Shiraz Purrs at Manley Wine Lodge
MANLEY WINE LODGE
Saturday 27 January 2018
There’s a saying about London buses that goes along the lines of that one doesn’t see one for ages and then 2 come along together. Well, that’s true of today. I had only once before visited a guest house for wine tasting in over 120 occasions, to Clouds Wine & Guest House in Stellenbosch. The Manley Wine Lodge happened to be the second guest-house-come-wine-estate I found myself at in 2 days, having been to Le Manoir de Brendel in Franschhoek yesterday.
The 4-star Manley Wine Lodge, little more than 1½ hours drive from Cape Town, lies just to the North of Tulbagh. Conveniently for me, it was next door to Rijk’s Private Cellar from where I had just come from. The Wine Lodge offers boutique accommodation for guests to explore the beautiful Tulbagh surrounds. It has its own non-denominational chapel for weddings and, newly built, the Owl’s Nest for conferences.
I was there to taste the wines and had arranged in advance to meet Werner Barkhuizen, the Winemaker since June 2016. The Lodge, with its distinctive painted barrels outside, could not have been easier to find which was a welcome change from my lost experience at Lateganskop at the start of the day and, to lesser extent, the Tasting Room at Rijk’s beforehand. Tasting was R30, waived on bottle purchase.
The Manley property lies in 38 hectares of land, of which almost 8 hectares are under vine. Yields of the 20 year old vines – Cabernet Sauvignon, Merlot, Pinotage and Shiraz – are dropping due to their age, exacerbated by the drought. I sense it won’t be long until Werner decides to replace them and plant new vines ‘ripped’ to 1200cm rather than the present 800cm to give the roots better depth. Meanwhile, and to meet demand – both 2015 and 2016 vintages have already sold out – grapes are bought in to supplement the harvest, hence the Wine of Origin Coastal Region on the bottle labels.
The Sauvignon Blanc was sold out to leave red wines only for the tasting. The first was a ‘house’ blend of mostly Merlot (80%). The opaque, full bodied wine intrigued – my neighbouring tasters too – as it had a distinct aroma that I could not pick out and therefore describe. Was it fruit influence? Or bottle age? Or winemaking influence? The unusual tinge that added to the berry fruity intensity of average complexity was most likely terroir driven. Dry tannins were more grippy than customary for a Merlot and left a good finish which made the wine excellent value at just R55.
The remaining reds were single cultivar wines and sold for R110. I tasted together Pinotage from 2013 and 2014 (the latter being not yet for sale and held back for competitions). Both wines were full in body and ruby red with purple tinge in colour. The older vintage had a similar bouquet to the Thatch House Red, with good intensity of cranberry, plum, cherry and graphite aromas. The wine was well made if not exceptional, with tannins to the fore on the palate and through to the finish.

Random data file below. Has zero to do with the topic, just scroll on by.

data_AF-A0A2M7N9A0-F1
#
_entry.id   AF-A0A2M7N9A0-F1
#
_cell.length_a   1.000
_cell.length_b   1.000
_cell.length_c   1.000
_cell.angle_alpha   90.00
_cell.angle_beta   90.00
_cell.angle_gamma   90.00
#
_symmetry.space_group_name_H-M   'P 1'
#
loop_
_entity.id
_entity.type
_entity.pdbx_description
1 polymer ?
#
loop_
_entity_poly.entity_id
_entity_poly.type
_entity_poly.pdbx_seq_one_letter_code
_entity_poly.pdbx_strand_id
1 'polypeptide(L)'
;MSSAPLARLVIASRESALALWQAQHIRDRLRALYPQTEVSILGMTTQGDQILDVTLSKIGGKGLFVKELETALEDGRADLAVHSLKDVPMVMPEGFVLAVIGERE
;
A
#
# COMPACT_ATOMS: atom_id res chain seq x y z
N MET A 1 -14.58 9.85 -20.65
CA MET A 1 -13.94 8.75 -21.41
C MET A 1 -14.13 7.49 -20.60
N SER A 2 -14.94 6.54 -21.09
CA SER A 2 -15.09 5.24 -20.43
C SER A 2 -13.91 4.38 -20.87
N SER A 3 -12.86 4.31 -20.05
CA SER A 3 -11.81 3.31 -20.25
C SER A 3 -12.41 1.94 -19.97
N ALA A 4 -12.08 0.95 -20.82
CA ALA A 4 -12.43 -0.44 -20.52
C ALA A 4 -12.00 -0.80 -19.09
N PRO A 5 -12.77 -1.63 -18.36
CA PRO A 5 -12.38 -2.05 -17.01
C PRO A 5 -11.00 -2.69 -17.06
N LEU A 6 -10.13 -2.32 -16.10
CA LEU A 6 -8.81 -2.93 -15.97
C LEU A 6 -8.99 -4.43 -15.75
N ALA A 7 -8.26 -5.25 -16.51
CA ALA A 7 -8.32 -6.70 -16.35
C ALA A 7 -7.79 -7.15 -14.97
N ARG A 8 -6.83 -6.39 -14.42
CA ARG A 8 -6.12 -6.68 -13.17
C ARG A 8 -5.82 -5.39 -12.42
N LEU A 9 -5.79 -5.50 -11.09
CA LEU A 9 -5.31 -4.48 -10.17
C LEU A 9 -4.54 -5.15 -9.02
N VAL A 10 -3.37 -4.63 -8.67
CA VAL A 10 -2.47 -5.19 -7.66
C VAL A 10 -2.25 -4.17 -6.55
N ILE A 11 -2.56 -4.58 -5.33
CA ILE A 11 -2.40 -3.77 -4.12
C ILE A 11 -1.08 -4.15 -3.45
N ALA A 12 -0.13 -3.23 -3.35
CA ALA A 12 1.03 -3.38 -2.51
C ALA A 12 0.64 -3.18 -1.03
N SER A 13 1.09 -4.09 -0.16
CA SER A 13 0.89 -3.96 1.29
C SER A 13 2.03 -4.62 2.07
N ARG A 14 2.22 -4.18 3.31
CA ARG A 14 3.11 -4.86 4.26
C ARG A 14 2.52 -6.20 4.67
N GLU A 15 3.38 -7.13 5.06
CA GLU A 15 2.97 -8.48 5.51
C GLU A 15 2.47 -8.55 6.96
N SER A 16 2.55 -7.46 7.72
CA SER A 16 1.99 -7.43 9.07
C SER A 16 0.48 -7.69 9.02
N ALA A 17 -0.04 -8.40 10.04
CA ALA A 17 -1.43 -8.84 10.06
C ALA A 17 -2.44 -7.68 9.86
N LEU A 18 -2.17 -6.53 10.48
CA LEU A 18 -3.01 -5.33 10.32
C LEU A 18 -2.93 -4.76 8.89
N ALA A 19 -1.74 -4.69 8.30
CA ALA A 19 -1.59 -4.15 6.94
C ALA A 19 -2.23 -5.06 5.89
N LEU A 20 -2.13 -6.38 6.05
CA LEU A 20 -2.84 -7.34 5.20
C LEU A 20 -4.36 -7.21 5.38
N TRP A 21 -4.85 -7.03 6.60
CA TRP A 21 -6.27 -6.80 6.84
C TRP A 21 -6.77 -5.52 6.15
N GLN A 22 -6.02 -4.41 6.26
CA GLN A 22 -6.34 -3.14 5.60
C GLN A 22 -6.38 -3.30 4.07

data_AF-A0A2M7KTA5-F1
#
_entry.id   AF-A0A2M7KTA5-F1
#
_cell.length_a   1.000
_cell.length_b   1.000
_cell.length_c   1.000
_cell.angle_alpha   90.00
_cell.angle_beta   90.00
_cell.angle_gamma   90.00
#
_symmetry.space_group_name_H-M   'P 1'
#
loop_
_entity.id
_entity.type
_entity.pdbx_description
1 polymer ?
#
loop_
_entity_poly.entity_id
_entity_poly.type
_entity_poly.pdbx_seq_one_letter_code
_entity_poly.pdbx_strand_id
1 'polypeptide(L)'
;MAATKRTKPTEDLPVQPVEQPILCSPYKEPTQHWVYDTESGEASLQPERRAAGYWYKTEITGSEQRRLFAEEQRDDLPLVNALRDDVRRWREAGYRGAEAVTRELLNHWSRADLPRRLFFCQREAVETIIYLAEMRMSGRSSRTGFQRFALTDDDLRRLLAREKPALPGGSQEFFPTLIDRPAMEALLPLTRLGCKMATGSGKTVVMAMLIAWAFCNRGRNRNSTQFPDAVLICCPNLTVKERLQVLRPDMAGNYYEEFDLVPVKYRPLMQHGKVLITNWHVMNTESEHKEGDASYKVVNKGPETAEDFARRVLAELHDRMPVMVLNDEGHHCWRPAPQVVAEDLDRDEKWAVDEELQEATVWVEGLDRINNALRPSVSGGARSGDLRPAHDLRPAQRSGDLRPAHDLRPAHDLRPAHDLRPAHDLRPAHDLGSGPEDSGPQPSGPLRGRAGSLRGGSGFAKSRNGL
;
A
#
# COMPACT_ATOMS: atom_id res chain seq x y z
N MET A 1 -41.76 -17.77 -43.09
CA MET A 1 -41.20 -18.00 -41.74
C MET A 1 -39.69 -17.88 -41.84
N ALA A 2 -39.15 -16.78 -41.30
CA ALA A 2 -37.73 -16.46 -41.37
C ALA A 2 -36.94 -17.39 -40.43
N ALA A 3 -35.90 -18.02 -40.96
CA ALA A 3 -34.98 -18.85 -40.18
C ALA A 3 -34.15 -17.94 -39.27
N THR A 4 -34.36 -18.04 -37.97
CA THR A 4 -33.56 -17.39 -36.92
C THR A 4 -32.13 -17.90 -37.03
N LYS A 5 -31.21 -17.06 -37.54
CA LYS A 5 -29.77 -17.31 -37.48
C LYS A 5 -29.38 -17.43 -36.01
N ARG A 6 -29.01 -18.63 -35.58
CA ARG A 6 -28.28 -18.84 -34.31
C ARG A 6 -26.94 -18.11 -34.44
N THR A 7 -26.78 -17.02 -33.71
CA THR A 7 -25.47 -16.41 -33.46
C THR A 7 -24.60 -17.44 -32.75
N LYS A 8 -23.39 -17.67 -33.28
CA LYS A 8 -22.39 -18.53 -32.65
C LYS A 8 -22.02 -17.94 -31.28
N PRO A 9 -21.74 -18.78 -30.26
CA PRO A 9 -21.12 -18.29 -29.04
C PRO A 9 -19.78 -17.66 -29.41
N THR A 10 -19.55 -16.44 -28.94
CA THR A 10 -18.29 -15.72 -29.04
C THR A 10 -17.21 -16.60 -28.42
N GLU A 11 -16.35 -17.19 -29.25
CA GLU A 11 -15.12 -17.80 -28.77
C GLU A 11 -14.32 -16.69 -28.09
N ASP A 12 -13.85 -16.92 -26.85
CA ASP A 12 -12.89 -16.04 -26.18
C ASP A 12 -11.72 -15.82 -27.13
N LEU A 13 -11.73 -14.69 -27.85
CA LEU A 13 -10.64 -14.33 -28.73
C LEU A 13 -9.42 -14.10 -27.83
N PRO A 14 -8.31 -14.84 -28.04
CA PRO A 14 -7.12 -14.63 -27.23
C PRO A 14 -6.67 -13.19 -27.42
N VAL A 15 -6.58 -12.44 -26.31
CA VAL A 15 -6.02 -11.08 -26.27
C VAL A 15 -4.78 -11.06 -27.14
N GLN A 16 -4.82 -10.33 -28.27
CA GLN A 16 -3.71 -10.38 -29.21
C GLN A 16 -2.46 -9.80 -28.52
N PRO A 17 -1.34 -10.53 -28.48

The younger 2014 cousin was also fruit-forwards with good concentration of aromatic fruits on the nose and a greater peppercorn spiciness. The palate was smooth and well balanced. I noticed that the bottle labels offered ageing advice which was a nice touch.
My favourite wine of the tasting was the Cabernet Sauvignon. This was rich ‘cab sav’ with a great intensity of classic dark berries on the nose. Typical grippy tannins balanced well the fruit flavours in the mouth to make for a good value wine. I didn’t like the Shiraz as much. The bouquet was less intense and contained limited spiciness to complement fruit and dry leaf aromas. Dusty, dry tannins were too bright and forwards on the palate and left a bitterness at the finish.
Werner showed me around the new Cellar area and equipment, soon to be put to good use for the imminent harvest, after the tasting. I could see that Werner has big plans afoot as he gets to know the vines and the terroir. That is, unless he is as easily distracted as I was by the beautiful tom kitten he has aptly called Shiraz. Meanwhile, Manley Lodge produces some excellent value-for-money red wines that are obviously popular and sought after. I wish Werner well.
Wines tasted (bought *):
NV Thatch House Red (80% Merlot, 10% Shiraz, 10% Pinotage) – R55
2013 Pinotage – R110
2014 Pinotage – R110 (not for sale)
2014 Cabernet Sauvignon – R110 FAVOURITE WINE
2014 Shiraz – R110